An overview of realist evaluation for simulation-based education
Advances in Simulation
This article describes the key features of realist (realistic) evaluation and illustrates their application using, as an example, a simulation-based course for final year medical students. The use of simulation-based education (SBE) is increasing and so too is the evidence supporting its value as a powerful technique which can lead to substantial educational benefits. Accompanying these changes is a call for research into its use to be more theory-driven and to investigate both 'Did it work?'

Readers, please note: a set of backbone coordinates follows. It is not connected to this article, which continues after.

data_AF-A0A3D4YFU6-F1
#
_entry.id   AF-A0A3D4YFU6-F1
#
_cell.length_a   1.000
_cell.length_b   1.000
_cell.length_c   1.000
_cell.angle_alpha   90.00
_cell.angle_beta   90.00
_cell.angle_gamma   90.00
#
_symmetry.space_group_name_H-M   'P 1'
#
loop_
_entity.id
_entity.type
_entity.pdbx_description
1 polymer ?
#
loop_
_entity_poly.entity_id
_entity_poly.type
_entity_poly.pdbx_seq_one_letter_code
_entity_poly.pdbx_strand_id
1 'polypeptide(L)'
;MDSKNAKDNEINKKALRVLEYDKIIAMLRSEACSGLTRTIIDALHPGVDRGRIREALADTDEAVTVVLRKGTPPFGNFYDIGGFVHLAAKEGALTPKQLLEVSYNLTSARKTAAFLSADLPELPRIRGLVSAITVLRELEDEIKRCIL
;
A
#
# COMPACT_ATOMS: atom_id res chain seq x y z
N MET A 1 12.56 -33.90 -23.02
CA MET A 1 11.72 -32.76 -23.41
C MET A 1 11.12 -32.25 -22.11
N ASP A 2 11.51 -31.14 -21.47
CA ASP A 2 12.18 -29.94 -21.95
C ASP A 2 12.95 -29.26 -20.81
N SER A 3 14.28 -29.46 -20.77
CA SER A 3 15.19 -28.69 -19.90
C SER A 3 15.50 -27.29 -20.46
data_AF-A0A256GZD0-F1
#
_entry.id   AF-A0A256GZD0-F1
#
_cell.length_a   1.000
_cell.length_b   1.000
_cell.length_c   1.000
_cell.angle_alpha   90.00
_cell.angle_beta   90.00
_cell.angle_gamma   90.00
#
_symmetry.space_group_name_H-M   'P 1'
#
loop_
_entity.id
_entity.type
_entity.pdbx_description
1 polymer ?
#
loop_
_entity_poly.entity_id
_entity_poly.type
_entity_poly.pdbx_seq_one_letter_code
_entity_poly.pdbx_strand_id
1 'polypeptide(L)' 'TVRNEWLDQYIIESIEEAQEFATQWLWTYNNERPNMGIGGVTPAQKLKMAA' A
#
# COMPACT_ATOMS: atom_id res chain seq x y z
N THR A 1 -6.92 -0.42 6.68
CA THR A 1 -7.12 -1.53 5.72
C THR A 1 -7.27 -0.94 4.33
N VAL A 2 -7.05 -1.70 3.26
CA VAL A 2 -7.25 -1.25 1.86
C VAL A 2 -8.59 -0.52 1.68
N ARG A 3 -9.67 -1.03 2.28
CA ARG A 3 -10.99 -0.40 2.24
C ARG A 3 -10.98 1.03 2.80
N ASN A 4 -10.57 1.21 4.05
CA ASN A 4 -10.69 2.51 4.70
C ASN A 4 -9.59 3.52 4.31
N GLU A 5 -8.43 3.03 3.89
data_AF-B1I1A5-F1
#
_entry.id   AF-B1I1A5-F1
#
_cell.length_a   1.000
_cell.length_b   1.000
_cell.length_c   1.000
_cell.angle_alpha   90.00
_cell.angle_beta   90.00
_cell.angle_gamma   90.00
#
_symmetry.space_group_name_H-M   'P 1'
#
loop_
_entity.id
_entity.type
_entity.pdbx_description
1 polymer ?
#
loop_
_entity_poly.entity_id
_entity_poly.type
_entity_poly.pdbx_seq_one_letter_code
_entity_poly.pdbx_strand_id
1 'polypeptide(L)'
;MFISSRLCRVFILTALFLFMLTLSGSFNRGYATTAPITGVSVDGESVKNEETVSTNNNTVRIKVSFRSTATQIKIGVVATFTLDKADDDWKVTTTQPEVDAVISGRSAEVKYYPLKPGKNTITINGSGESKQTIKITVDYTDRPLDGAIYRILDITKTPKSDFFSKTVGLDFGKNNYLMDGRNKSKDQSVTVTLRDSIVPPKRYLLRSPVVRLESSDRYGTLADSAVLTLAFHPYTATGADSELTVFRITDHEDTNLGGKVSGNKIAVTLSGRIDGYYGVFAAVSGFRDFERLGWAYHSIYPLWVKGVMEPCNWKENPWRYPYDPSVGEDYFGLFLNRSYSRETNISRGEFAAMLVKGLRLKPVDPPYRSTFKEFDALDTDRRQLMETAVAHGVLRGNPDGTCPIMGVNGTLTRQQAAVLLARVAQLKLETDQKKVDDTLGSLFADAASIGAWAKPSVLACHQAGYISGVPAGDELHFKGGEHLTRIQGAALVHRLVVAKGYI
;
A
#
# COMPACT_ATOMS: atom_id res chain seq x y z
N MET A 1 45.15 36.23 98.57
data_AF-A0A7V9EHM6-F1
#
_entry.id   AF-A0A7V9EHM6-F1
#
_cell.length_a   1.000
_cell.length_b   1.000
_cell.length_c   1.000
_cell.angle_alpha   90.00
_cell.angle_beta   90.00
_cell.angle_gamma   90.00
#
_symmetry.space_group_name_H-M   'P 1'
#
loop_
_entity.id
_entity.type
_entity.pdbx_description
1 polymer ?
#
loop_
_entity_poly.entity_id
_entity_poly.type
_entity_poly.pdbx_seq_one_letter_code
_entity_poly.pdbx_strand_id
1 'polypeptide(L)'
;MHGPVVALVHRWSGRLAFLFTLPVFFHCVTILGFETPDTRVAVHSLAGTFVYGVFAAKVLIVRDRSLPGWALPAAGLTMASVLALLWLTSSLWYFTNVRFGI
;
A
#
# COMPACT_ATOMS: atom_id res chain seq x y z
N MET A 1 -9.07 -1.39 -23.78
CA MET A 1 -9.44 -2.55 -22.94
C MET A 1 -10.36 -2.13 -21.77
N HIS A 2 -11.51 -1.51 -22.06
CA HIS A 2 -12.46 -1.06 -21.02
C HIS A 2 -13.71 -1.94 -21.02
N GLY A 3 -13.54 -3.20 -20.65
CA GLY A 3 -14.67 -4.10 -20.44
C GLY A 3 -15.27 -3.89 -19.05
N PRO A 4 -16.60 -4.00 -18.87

... d as importantly 'Why did it work (or not)?' An evaluation methodology that is capable of answering both questions is realist evaluation. Realist evaluation is an emerging methodology that is suited to evaluating complex interventions such as SBE. The realist philosophy positions itself between positivist and constructivist paradigms and seeks to answer the question 'What works for whom, in what circumstances and why?' In seeking to answer this question, realist evaluation sets out to identify three fundamental components of an intervention, namely context, mechanism and outcome. Educational programmes work (successful outcomes) when theory-driven interventions (mechanisms) are applied to groups under appropriate conditions (context). Realist research uses a mixed methods (qualitative and quantitative) approach to gathering data in order to test the proposed context-mechanism-outcome (CMO) configurations of the intervention under investigation. Realist evaluation offers a valuable methodology for researchers investigating interventions utilising simulation-based education. By investigating and understanding the context, mechanisms and outcomes of SBE interventions, realist evaluation can provide the deeper level of understanding being called for.